Bill would keep Rx pot shops open before licenses

In this Sept. 15, 2015 file photo, marijuana plants with their buds covered in white crystals called trichomes, are nearly ready for harvest in the "Flower Room" at the Ataraxia medical marijuana cultivation center in Albion, Ill. (AP Photo/Seth Perlman, File)


GRAND RAPIDS. Mich. (WOOD) — Several Michigan lawmakers are backing a bill designed to keep medical marijuana dispensaries open and exempt from criminal prosecution while they apply for licenses through the state.

For state Rep. Tommy Brann, R-Wyoming, fighting for House Bill 5014 is personal.

“My brother has MS (multiple sclerosis) and medical marijuana helps him get through this,” Brann explained.

Prescription pot has been legal in Michigan for nearly 10 years. Patients who have medical marijuana cards — like Brann’s brother, Johnny — are prescribed the drug and it’s administered by a certified caregiver.

But dispensaries, attorney Bruce Block noted, are not legal.

“All of the ones that are out there are not authorized by the Medical Marihuana Act,” Block said.

And yet they exist. Some have been shut down, but authorities haven’t gone after others.

“Every dispensary out there is operating in a gray area, and local prosecutors and police are just simply allowing them to exist,” Block said.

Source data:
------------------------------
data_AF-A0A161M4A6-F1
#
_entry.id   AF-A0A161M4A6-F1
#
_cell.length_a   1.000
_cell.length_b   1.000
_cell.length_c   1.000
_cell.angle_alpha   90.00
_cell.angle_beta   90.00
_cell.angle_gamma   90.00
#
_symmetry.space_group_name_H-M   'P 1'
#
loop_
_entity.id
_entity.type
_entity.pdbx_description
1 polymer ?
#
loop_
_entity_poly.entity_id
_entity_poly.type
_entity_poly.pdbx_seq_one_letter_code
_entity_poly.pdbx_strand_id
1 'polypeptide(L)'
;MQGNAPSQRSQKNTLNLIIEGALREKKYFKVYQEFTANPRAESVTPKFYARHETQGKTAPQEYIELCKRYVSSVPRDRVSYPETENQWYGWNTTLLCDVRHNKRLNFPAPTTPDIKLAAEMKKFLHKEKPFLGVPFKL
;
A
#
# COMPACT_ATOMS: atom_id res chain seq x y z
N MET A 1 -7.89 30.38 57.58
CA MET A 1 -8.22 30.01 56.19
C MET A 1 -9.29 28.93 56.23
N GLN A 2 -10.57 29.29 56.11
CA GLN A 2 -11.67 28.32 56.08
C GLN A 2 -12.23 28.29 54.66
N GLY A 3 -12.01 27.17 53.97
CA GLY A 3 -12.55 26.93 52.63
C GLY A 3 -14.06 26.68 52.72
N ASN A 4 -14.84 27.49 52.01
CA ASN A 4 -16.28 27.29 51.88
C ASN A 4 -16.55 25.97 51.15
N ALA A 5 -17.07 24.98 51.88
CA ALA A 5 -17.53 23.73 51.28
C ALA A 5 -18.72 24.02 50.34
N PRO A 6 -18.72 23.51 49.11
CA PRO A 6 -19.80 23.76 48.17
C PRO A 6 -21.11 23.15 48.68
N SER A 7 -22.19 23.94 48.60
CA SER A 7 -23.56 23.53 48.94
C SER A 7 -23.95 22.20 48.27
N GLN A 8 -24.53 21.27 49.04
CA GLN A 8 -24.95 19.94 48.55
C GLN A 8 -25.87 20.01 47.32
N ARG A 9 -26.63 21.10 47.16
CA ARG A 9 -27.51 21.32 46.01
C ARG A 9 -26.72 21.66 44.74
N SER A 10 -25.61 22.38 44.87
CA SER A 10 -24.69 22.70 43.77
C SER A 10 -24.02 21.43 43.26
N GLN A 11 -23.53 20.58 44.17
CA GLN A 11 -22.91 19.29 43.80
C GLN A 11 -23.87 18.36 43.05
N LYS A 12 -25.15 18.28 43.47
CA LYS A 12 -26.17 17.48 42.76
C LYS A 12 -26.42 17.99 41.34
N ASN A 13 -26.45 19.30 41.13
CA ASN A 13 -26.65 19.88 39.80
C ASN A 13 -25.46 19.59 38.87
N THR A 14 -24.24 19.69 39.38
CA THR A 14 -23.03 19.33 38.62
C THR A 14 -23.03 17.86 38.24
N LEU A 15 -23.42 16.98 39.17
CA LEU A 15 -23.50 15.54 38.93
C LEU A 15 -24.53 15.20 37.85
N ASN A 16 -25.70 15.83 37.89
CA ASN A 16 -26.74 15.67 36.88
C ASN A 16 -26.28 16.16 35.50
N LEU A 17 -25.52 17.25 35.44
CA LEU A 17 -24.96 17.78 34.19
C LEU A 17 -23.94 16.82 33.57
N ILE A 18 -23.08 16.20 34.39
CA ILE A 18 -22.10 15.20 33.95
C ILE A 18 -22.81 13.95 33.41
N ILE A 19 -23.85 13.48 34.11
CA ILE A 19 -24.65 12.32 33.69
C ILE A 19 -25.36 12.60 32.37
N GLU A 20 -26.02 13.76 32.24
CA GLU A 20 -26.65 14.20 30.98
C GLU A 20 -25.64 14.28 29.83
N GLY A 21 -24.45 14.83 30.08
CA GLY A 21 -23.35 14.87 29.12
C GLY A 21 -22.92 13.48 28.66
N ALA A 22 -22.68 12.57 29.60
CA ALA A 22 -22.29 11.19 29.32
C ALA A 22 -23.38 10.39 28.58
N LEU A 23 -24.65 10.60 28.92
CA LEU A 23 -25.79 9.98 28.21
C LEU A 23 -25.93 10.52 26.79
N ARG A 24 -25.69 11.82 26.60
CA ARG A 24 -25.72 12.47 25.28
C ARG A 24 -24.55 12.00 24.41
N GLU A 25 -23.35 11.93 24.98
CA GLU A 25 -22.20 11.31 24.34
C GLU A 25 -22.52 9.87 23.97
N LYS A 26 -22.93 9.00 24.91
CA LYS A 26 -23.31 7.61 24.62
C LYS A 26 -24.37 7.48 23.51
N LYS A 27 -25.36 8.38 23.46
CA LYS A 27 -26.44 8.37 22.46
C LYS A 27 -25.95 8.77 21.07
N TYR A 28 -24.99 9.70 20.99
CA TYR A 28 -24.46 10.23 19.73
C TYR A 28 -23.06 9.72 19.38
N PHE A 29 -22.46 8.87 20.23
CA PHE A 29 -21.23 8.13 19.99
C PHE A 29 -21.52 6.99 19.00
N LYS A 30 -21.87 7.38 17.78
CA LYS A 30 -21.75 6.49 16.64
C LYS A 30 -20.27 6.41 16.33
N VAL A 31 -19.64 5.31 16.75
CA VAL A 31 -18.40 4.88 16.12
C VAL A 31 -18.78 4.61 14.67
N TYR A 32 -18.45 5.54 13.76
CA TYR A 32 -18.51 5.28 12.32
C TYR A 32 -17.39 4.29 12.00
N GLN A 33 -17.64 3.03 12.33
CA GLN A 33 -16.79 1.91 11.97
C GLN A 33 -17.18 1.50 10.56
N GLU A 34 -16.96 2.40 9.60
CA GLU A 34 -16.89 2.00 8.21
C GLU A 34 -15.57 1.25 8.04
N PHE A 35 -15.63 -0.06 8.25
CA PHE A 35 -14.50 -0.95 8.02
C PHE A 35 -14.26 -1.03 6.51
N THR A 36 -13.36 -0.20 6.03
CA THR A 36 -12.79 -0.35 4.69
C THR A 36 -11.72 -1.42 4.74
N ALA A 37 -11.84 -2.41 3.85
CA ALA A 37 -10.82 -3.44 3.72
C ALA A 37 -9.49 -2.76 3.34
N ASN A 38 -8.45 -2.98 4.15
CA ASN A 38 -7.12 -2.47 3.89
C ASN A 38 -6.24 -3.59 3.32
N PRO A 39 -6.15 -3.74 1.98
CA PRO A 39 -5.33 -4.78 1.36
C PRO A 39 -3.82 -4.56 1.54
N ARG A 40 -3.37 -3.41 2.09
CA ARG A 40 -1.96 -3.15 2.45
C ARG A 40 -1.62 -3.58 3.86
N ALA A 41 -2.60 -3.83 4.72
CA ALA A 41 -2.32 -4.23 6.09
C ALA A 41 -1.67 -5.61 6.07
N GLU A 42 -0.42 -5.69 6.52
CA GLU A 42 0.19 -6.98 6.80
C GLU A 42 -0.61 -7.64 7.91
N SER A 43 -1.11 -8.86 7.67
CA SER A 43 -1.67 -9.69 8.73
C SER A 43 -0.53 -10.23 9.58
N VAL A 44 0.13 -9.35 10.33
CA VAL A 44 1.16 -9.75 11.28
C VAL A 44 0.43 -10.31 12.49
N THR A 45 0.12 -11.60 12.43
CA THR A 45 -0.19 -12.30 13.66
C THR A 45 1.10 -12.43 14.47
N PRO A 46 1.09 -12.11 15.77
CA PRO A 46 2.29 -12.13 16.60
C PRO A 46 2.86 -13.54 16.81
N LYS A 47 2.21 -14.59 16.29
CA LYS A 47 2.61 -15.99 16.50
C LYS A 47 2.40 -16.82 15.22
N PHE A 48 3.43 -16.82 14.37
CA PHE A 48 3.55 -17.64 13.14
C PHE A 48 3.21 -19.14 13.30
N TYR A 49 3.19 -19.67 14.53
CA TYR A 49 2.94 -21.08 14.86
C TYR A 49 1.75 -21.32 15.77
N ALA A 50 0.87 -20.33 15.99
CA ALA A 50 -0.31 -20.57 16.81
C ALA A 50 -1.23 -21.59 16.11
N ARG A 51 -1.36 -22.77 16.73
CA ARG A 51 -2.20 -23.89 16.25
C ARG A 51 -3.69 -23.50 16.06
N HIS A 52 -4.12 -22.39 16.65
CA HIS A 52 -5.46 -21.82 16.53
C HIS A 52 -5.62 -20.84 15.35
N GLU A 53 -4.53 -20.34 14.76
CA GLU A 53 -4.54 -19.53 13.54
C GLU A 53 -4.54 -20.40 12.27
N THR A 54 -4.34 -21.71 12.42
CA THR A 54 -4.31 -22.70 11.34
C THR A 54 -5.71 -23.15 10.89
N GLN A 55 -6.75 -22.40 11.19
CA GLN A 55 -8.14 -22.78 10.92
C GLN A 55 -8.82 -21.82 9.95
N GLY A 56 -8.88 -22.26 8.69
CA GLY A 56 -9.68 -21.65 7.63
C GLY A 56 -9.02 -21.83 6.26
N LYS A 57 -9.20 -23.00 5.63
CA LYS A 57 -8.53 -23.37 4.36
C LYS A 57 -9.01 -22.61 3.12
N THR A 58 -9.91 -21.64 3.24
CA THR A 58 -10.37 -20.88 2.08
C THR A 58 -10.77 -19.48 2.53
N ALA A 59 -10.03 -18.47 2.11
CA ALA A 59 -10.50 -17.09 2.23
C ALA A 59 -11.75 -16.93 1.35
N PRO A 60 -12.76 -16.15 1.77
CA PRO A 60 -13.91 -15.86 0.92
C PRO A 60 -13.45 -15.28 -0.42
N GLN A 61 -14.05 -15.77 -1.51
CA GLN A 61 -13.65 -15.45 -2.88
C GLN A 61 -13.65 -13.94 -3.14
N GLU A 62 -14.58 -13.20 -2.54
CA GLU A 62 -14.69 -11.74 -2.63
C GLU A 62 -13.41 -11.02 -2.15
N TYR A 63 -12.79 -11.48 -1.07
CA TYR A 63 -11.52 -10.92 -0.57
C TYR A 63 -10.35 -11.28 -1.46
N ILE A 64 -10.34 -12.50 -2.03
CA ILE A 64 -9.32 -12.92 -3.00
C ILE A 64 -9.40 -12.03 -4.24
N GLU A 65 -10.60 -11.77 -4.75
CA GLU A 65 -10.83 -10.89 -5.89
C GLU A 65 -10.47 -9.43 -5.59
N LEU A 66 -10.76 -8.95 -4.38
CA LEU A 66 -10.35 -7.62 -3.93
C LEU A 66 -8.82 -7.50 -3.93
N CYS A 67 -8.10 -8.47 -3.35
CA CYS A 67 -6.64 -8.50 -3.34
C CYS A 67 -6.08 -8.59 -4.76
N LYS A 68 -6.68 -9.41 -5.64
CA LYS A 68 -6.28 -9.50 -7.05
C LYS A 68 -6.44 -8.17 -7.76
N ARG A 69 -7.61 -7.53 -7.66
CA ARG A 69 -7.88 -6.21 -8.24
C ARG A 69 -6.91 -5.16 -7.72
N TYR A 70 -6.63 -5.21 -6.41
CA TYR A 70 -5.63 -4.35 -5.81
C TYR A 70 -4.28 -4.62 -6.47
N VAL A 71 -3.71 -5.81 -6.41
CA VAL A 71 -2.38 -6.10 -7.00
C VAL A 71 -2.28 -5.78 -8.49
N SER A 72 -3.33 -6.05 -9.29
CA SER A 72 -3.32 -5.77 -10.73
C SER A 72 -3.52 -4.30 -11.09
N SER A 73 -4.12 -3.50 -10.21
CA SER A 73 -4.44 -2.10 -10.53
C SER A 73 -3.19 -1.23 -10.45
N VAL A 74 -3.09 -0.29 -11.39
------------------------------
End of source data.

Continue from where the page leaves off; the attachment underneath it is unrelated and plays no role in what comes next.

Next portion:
Under new regulations, dispensaries can start applying for licenses on Dec. 15 and they would be issued early next year. But what about the shops that are already operating and aren’t getting the boot from law enforcement? Block says they’re in legal limbo.

That issue is at the crux of HB 5014.

“We can’t just dock it just because there’s a transfer of license or waiting for transfers. We’ve got to think about the patients,” Brann said.

Brann said the bill would allow dispensaries that already exist to stay open during the application process instead of shutting down until they get the state approval. That, he said, would mean patients like his brother wouldn’t have to go without the drug.

“It takes all the stress off him, but it helps him with his appetite, but it helps him with the pain he’s going through. That’s the main thing it does,” Brann said.

The bill, which has bipartisan backing, was introduced Tuesday. Brann said it now needs to drum up enough support to get a committee hearing.

Under the new medical marijuana laws, municipalities can decide whether they want dispensaries, but some are waiting to lay out rules until the state provides more guidance.